Basic care for the senior horse
Schedule routine dental and physical exams with your veterinarian to detect any problems early.
Make sure your saddle fits properly as your senior horse’s topline changes.
Make sure your horse has a high quality diet that meets all their nutrient needs including vitamins and minerals.
Watch for early signs of cancer or Cushing’s syndrome for best treatment outcomes.
Keep senior horses up-to-date on vaccines and deworming to prevent infection.
Many horses and ponies can live into their 20s or 30s with good health care. These horses play many important roles including:
Providing trustworthy mounts for new riders, children and riders with special needs.
Being companions for other horses or their owners.
As horses age, their health needs change. Thus, you should change your care to meet your senior horse’s developing needs.
Changes in an aging horse’s body
Dental issues arise as a horse wears out or loses teeth.
Weight loss or loose manure can occur with reduced absorbing ability of the gut.
Senior horses have a higher chance of some types of colic such as a blocked small intestine from a fat tumor. These cases require prompt attention.
Arthritis in multiple joints may cause stiffness or limit the range of motion with exercise.
Laminitis (founder) may occur if the horse develops Cushing's syndrome.
Muscle wasting may develop, particularly over the horse's topline.
Senior horses are at more risk to infection. If the horse develops Cushing’s syndrome, they are at even greater risk. This syndrome causes high blood levels of cortisol, which is a hormone that decreases the immune system’s responsiveness.
Recurrent airway obstruction (heaves), the horse equivalent of asthma, tends to progress with time. Affected horses may need more active medical and environmental management as they age.
Fertility in both mares and stallions declines.
Sperm quality and quantity may limit conception rates.
In mares, there is age-related progressive degeneration of the uterine lining, which is responsible for the exchange of nutrients from mare to fetus.
The eggs produced by the ovaries are less fertile.
For these reasons, pregnancy is more difficult to achieve and sustain in senior horses.
Age-related changes may impact the heart or blood vessels. This can lead to heart failure or sudden death if a major vessel ruptures.
Slightly decreased coordination in older horses can reduce agility. Arthritic changes in the neck or break-down of the spinal cord can result in progressive incoordination.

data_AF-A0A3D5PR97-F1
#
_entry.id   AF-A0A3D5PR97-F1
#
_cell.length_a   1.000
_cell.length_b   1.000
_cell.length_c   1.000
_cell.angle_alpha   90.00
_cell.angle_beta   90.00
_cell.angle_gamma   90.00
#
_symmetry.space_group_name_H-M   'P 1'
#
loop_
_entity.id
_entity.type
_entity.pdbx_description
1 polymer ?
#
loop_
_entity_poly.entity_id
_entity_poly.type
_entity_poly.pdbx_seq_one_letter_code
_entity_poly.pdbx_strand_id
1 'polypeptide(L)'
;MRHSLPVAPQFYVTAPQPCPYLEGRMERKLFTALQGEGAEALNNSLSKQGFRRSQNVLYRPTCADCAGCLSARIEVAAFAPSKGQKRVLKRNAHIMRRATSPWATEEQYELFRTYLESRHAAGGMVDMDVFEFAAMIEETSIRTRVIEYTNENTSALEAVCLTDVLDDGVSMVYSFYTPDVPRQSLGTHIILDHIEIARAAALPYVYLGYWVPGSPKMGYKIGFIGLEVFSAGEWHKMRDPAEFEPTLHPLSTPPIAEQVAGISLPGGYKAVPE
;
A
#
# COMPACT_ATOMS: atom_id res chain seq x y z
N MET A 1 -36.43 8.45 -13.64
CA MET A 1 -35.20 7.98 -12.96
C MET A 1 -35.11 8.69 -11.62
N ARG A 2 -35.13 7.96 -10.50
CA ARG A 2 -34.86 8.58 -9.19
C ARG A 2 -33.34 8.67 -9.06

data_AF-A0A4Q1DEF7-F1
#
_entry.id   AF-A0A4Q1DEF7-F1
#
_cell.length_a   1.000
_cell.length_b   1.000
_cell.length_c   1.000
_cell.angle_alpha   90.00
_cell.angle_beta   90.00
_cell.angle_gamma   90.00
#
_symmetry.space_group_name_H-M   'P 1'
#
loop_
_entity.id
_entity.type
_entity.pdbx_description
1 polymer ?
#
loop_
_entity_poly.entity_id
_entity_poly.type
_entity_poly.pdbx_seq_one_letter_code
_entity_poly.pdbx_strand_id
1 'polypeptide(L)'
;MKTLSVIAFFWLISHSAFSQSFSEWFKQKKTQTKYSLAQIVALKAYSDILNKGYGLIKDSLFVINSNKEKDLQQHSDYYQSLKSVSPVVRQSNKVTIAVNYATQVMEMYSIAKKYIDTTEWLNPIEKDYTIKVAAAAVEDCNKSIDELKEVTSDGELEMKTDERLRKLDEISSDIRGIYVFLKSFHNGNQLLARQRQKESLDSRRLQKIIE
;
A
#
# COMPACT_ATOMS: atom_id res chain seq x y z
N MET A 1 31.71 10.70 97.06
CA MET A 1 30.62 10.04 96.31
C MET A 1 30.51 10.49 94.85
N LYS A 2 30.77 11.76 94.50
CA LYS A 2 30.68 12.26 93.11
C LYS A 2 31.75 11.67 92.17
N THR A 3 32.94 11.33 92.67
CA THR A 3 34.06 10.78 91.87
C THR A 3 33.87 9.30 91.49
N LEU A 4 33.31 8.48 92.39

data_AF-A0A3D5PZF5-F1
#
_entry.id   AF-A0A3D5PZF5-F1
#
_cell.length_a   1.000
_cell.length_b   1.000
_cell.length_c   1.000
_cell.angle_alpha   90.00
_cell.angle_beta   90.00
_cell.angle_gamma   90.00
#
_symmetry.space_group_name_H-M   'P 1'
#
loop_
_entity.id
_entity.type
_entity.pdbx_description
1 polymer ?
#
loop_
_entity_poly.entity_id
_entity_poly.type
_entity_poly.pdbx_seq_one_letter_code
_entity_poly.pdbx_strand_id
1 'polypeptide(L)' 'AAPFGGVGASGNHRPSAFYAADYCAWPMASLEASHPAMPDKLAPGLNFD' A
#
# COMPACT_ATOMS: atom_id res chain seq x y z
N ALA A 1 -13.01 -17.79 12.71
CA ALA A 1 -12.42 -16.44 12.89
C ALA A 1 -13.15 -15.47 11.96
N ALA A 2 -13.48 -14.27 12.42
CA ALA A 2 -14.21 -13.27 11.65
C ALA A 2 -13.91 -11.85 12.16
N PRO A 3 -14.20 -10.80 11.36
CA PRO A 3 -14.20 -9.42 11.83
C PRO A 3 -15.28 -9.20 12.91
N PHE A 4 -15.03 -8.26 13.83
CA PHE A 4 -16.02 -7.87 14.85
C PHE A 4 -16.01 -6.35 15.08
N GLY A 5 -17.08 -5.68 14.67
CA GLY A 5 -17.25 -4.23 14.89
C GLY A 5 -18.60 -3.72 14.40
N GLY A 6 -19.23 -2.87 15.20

Abnormal hormone production by the pituitary gland at the base of the brain results in Cushing's syndrome. See Cushing’s section below.
Health care tips
Schedule routine exams
Work with your veterinarian to make a proactive plan for your horse. Detect problems early by scheduling annual or semiannual physical exams. The exam should include:
A dental check
Bodyweight estimation and body condition score
Routine blood screening and urine tests can detect more subtle signs of age-related internal organ problems.
You and your veterinarian can then use all of these exam findings to plan health care and nutrition for the next 6 to 12 months.
Watch for early signs of cancer
Gray horses often develop lumps, melanomas, under the skin. Monitor these for size during each exam.
Check white skin in areas with little or no hair coat for reddened or raised spots. These areas include around the:
If you detect cancer early, local treatment is often successful.
Have your saddle fit
If you still ride your senior horse or pony, check their saddle fit. Senior horses often have less back muscle, which is more prone to saddle sores.
Senior horses should have at least a yearly dental check.
Make sure your senior horse has a high quality diet. Most major feed companies make “senior” diets. These are often pelleted, easy to chew and have more energy than other concentrates. Palatability may vary between brands. If your horse doesn’t like one, try another.
Always follow feed instructions carefully and make sure the horse gets enough vitamins and minerals.
A senior diet with hay or pasture can improve a senior horse’s body condition if they can’t keep on bodyweight and don’t have an apparent health problem. You can feed senior pellets in larger volumes as the sole feed for a horse, particularly if its teeth are too worn to effectively chew hay.
Horses need regular feet trimming throughout their lives. Good hoof balance promotes even weight bearing and less stress on the joints. Joint friendly supplements like glucosamine with chondroitin sulfate may help some arthritic horses get around. Some horses may need a low dose of anti-inflammatory drugs such as phenylbutazone to keep them comfortable.
Daily light exercise or turn-out as well as longer warm-up and cool down will also help maintain the horse's usefulness. Some horses may need specific joint therapy if they are lame.
Vaccinations and deworming
As the immune system wanes, senior horses become more prone to microbial diseases and parasites. Routine health care should continue past retirement. Senior horses that are kept active with show horses may need more frequent vaccinations, particularly against respiratory diseases such as:
Reviewed in 2018